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The Daily Tar Heel

A new top office for Jim Dean

Carol Folt and Jim Dean
Carol Folt and Jim Dean

As Jim Dean reflected on his first day as executive vice chancellor and provost July 1, he said he was humbled.

“After 16 years, I knew everything about how (Kenan-Flagler Business School) worked,” said Dean, the former dean of the school.

“I have an awful lot to learn about how things work in this role. I’ve gone from an expert to a novice overnight.”

Dean began his tenure as provost Monday after serving in a variety of leadership roles in the business school.

Jack Evans, who has served as interim dean of the school twice before, will serve in the role again until a new leader is chosen.

Dean’s salary in his new position is $445,000, while former Provost Bruce Carney earned $350,000.

Carney, who spent much of his tenure dealing with a series of stringent budget cuts, stepped down at the end of June to return to the faculty.

Dean said he is expecting the University to suffer more budget cuts this year, and he said dealing with them will be among his biggest challenges.

He also said working with Chancellor Carol Folt will be a welcomed challenge because both leaders are new to their positions.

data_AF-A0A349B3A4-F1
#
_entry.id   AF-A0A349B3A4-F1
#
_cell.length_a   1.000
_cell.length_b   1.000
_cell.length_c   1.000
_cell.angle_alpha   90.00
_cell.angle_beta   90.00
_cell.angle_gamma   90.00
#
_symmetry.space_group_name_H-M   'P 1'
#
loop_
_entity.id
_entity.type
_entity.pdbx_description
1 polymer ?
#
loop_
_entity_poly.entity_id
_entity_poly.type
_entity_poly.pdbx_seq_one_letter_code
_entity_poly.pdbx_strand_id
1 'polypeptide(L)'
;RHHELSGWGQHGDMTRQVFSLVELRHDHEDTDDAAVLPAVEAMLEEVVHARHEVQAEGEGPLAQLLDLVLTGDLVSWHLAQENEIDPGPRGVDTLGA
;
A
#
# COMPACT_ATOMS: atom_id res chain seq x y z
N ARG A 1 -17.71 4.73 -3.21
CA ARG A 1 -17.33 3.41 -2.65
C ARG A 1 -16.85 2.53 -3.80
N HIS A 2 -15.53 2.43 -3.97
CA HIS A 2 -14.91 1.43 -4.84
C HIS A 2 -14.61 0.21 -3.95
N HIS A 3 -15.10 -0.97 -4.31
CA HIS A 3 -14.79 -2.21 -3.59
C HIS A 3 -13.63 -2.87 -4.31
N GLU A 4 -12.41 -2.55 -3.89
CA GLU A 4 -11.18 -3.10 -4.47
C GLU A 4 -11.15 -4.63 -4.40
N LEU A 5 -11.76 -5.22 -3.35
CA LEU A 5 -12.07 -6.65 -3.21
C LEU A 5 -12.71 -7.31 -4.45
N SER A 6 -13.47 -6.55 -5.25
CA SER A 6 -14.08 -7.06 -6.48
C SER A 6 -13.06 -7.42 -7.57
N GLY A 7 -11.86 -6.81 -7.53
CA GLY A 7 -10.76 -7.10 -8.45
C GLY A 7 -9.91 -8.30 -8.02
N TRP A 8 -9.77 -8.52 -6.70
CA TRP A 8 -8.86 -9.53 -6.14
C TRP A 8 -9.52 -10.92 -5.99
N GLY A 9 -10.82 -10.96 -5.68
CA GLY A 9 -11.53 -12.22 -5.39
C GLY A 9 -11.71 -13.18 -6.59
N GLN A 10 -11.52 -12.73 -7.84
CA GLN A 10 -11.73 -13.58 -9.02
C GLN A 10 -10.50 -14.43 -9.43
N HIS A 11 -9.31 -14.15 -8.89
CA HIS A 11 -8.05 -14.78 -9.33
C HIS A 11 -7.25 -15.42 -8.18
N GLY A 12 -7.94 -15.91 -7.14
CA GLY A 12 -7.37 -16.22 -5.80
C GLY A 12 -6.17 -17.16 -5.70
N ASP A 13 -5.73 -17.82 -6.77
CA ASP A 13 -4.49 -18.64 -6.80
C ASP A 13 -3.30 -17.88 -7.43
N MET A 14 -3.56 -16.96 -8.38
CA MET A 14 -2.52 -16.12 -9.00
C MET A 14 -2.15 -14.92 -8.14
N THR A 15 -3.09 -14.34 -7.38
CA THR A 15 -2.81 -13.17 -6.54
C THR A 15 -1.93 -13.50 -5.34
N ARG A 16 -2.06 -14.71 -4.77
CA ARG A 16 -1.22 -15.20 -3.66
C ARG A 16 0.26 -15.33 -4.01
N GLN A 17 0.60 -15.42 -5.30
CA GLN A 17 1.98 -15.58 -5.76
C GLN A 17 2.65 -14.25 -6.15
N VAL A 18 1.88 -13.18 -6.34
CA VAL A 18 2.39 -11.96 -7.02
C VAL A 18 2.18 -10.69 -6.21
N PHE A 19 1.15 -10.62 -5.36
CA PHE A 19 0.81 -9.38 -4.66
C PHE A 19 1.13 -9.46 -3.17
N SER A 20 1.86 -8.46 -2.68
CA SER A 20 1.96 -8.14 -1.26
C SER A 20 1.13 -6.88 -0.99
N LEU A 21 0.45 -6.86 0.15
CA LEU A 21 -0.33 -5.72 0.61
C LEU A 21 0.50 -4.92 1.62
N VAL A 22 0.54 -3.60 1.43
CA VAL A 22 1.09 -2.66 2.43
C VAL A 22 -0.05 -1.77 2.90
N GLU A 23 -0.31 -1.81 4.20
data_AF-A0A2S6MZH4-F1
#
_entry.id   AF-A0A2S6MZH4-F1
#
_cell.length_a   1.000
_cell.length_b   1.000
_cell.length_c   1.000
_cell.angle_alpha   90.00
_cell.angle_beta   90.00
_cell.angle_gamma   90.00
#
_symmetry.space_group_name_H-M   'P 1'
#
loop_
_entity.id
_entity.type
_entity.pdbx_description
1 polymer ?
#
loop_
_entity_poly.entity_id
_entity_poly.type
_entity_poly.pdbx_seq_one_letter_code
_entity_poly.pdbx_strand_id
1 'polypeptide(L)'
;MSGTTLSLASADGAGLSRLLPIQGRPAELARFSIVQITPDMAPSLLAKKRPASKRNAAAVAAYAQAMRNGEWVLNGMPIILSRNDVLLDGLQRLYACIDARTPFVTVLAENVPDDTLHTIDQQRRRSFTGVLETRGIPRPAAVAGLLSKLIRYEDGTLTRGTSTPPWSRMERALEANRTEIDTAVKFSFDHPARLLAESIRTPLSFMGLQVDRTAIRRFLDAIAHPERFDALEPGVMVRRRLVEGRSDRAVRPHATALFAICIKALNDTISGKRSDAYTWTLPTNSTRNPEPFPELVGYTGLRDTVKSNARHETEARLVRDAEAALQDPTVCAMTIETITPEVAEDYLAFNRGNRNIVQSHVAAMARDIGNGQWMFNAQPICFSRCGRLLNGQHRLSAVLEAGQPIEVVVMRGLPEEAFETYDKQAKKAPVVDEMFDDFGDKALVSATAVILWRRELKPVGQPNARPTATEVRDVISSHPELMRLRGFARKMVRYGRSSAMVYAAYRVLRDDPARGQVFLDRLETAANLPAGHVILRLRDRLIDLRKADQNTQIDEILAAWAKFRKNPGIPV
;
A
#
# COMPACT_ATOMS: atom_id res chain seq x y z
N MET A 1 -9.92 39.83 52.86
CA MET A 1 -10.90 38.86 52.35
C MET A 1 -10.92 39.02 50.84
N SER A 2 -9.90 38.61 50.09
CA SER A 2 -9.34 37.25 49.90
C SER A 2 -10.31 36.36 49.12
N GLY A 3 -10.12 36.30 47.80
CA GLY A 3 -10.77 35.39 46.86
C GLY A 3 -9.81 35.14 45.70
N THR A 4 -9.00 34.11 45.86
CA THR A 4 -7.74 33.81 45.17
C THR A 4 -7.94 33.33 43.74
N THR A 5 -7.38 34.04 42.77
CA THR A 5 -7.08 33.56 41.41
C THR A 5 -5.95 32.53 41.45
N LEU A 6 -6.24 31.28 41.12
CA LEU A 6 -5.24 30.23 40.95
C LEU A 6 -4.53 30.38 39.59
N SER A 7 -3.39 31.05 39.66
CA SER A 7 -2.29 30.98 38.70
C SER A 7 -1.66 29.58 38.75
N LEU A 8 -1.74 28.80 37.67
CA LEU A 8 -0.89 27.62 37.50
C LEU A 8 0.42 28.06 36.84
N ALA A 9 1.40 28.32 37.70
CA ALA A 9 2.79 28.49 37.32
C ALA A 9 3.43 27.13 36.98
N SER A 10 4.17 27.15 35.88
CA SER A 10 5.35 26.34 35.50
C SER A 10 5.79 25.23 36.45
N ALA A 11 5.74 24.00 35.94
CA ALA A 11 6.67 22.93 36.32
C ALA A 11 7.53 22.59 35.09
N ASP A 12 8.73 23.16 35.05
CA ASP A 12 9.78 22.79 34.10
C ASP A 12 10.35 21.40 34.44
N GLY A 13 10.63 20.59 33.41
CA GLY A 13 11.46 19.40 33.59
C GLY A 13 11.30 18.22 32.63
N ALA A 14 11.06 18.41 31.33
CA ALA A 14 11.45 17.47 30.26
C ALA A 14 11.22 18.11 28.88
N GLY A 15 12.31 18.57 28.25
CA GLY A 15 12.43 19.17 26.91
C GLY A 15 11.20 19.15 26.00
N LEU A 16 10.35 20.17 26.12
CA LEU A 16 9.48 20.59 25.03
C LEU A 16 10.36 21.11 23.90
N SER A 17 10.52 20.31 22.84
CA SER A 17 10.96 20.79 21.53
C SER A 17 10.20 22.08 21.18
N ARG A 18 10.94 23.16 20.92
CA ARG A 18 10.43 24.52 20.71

“(I’ll be) working with Chancellor Folt and many, many others to forge a new direction for the University,” Dean said.

“I think when you have this much change in the top, you have a rare opportunity to decide where the University should go.”

Folt said she is equally excited to work with Dean.

“A provost and a chancellor need to be working really closely together,” she said.

“So I think we’re both excited about that. I can really draw on his experience here, and he can also have some of my experience, having been in that role.”

Carney said Dean will face a number of challenges throughout his career as provost.

“He has to make hard decisions as a dean, and he’ll have to make hard decisions as provost,” Carney said.

“But the more (he) can understand the facts, the finances, the people, the opportunities — the better off he’ll be.”

Susan Cates, head of executive development for the business school, said in May that Dean is accustomed to making hard decisions and bold moves.

“Jim thinks through the implications and ripple effects of his decisions,” she said.

“And he’s not afraid to take a position that he believes is right for the institution even if not everyone agrees with it.”

LaChaun Anderson, executive assistant to the dean in the business school, said Kenan-Flagler is adjusting to life without Dean.

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“We definitely miss Jim Dean, but things are going very smoothly with Jack in office.”

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